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Arvind Narayanan discusses three papers investigating the ways in which smart TVs watch the user, while the user is watching it.
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On the back of Permanent Record, Edward Snowden reflects on some of the problems with smartphones, including the listening and tracking:

My point is not that you should use a smartphone like me, but that you *shouldn’t have to*. Privacy should not be a privilege, but because the legal system is broken, the average person today stands, at every stage of life, naked before the eyes of corporations and governments.

This system of predation has survived for so long because it occurs under the illusion of consent, but you were never asked your opinion in a way that could change the outcome. On the most consequential redistribution of power in modern life, you were never granted a vote.

The lie is that everything happening today is okay because ten years ago, you clicked a button that said “I agree.” But you didn’t agree to the 600 page contract: none of us read it. You were agreeing you needed a job; agreeing you needed directions, email, or even just a friend.

It wasn’t a choice, but the illusion of it. The consent you granted was never meaningful, because you never had an alternative. You clicked the button, or you lost the job. You clicked the button, or you were left behind. And the consequences were hidden for ten years.

I like Snowden’s point about consent. This was a part of my concern with mobile devices, although I did not capture it that well.

via Sebastian Greger

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In danah boyd’s book It’s Complicated, she argued that:

A central challenge in addressing the sexual victimization of children is that the public is not comfortable facing the harrowing reality that strangers are unlikely perpetrators. Most acts of sexual violence against children occur in their own homes by people that those children trust.Page 110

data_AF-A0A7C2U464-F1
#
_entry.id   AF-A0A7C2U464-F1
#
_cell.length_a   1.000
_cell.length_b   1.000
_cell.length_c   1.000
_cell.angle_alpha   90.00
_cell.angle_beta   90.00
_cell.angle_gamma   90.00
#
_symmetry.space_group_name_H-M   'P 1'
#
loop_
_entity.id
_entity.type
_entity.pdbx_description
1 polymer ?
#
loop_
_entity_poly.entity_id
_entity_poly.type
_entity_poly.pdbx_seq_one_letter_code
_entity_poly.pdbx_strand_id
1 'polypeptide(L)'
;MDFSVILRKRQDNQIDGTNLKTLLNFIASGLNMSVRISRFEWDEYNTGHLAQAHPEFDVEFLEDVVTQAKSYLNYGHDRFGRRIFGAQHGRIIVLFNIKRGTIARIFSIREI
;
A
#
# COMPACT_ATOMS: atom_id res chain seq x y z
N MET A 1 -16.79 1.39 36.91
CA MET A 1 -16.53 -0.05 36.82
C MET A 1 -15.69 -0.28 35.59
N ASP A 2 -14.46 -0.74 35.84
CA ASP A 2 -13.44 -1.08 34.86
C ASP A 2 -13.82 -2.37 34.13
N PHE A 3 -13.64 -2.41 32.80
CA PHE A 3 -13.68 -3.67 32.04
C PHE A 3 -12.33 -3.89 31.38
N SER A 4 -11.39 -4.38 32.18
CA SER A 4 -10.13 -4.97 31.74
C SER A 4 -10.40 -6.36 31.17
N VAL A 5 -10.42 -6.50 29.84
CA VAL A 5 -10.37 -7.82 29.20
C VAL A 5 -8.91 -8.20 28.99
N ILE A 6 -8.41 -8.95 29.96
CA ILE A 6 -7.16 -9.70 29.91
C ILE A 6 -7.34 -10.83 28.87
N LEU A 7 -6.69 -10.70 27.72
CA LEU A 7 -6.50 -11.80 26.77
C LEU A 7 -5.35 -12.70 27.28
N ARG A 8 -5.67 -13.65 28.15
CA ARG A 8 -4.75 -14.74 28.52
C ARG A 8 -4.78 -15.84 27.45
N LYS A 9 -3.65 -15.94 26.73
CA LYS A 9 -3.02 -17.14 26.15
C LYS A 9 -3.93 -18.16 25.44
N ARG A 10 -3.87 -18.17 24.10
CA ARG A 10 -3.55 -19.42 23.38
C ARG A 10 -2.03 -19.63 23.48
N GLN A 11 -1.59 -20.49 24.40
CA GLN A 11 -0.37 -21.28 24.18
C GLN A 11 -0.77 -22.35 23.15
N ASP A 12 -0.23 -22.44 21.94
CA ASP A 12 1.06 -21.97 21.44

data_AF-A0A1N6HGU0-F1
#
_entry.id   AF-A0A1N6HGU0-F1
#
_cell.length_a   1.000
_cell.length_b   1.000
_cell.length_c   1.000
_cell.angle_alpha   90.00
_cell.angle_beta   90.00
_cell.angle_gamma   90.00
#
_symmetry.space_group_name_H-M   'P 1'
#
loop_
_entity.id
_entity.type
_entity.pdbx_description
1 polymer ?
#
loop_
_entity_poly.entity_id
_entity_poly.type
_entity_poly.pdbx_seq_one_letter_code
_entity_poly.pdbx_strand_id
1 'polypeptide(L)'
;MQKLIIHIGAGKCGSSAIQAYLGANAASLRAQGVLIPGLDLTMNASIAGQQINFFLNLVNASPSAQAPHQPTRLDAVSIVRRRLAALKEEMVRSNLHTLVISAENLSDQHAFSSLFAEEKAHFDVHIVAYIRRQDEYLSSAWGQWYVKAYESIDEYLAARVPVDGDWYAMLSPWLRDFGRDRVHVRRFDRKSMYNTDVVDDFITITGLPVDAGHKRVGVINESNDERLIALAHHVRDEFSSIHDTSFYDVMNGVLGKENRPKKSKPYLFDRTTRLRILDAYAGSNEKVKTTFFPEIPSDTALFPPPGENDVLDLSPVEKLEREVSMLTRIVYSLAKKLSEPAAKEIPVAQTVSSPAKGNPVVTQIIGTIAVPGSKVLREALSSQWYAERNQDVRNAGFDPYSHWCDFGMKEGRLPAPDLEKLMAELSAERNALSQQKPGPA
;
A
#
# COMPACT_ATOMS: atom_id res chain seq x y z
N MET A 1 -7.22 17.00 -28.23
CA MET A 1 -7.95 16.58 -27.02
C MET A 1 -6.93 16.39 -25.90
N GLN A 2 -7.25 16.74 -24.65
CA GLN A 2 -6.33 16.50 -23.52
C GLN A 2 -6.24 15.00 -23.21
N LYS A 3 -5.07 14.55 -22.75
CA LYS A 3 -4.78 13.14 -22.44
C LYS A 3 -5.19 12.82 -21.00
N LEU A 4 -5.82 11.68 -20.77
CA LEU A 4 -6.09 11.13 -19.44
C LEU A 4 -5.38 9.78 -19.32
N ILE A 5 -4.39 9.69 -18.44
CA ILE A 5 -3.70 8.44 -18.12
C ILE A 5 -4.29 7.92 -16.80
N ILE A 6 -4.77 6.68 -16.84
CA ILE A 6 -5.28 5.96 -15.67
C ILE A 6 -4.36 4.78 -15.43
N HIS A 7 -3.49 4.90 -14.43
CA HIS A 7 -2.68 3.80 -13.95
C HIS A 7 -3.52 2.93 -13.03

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The treatment of culture is something that really stood out when I visited New Zealand a few years ago.
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Personally, I think that we need to create structured spaces for students to learn to be in such spaces together, This is a better answer IMHO than running away from them. Plus, I think that social media can be positive, it is not all negative, right?
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This has me wondering about ‘what works’ and how this can be subjective. Uber may have disrupted the taxi industry, but it is yet to succeed in making a profit. The same goes for Netflix. I wonder if what works is platform cooperatives, rather platform capitalism?
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In this Twitter thread, Anand Giridharadas explains why he resigned as a juror for MIT’s Disobedience Award. He discusses why he originally agreed, but started questioning his participation when the associations between Joi Ito and Jeffrey Epstein were uncovered. He sort explaination from some of those within MIT, but instead of providing any clarity he was attacked. So he did the only thing he could do, resign.

Billionaires will make their money and turn universities into their intellectual man caves.

Pariahs with cash will redeem themselves through strategic and prestigious giving.

Institutions will take it, selling them reputational makeovers.

And women will continue to be trafficked and abused, and unjust plea deals will continue to be struck, and these universities and labs will continue to be run by men who don’t get it and don’t want to get it.

Unless people step up.

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This is such an important message Fiona. It reminds me of Austin Kleon’s message from Steal Like an Artist:

What a good artist understands is that nothing comes from nowhere. All creative work builds on what came before. Nothing is completely original.

We however forget about stealing from our past selves.

This is what I like about Song Exploder, where artists break down the birth of an idea.